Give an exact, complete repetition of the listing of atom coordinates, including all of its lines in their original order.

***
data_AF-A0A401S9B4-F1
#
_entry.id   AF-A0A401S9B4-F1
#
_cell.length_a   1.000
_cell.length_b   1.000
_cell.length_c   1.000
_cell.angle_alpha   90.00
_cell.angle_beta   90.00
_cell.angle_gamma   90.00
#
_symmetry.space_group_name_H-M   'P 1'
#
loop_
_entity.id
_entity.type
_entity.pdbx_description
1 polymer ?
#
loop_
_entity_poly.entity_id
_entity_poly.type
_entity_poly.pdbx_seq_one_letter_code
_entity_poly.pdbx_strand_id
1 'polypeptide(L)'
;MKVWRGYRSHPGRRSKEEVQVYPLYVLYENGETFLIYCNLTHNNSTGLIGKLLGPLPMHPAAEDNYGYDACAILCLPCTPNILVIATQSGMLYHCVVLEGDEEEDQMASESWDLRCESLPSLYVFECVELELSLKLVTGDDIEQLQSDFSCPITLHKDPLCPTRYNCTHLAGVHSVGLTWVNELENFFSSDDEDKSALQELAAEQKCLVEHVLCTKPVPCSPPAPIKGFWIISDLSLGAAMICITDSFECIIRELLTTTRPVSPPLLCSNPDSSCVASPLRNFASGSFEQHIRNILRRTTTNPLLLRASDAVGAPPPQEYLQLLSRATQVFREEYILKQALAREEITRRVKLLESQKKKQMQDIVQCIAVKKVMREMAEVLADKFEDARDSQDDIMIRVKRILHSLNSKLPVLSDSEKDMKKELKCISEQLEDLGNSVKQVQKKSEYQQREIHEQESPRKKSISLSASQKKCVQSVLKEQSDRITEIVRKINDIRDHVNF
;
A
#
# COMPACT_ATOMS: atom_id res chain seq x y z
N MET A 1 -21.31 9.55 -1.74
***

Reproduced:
data_AF-A0A401S9B4-F1
#
_entry.id   AF-A0A401S9B4-F1
#
_cell.length_a   1.000
_cell.length_b   1.000
_cell.length_c   1.000
_cell.angle_alpha   90.00
_cell.angle_beta   90.00
_cell.angle_gamma   90.00
#
_symmetry.space_group_name_H-M   'P 1'
#
loop_
_entity.id
_entity.type
_entity.pdbx_description
1 polymer ?
#
loop_
_entity_poly.entity_id
_entity_poly.type
_entity_poly.pdbx_seq_one_letter_code
_entity_poly.pdbx_strand_id
1 'polypeptide(L)'
;MKVWRGYRSHPGRRSKEEVQVYPLYVLYENGETFLIYCNLTHNNSTGLIGKLLGPLPMHPAAEDNYGYDACAILCLPCTPNILVIATQSGMLYHCVVLEGDEEEDQMASESWDLRCESLPSLYVFECVELELSLKLVTGDDIEQLQSDFSCPITLHKDPLCPTRYNCTHLAGVHSVGLTWVNELENFFSSDDEDKSALQELAAEQKCLVEHVLCTKPVPCSPPAPIKGFWIISDLSLGAAMICITDSFECIIRELLTTTRPVSPPLLCSNPDSSCVASPLRNFASGSFEQHIRNILRRTTTNPLLLRASDAVGAPPPQEYLQLLSRATQVFREEYILKQALAREEITRRVKLLESQKKKQMQDIVQCIAVKKVMREMAEVLADKFEDARDSQDDIMIRVKRILHSLNSKLPVLSDSEKDMKKELKCISEQLEDLGNSVKQVQKKSEYQQREIHEQESPRKKSISLSASQKKCVQSVLKEQSDRITEIVRKINDIRDHVNF
;
A
#
# COMPACT_ATOMS: atom_id res chain seq x y z
N MET A 1 -21.31 9.55 -1.74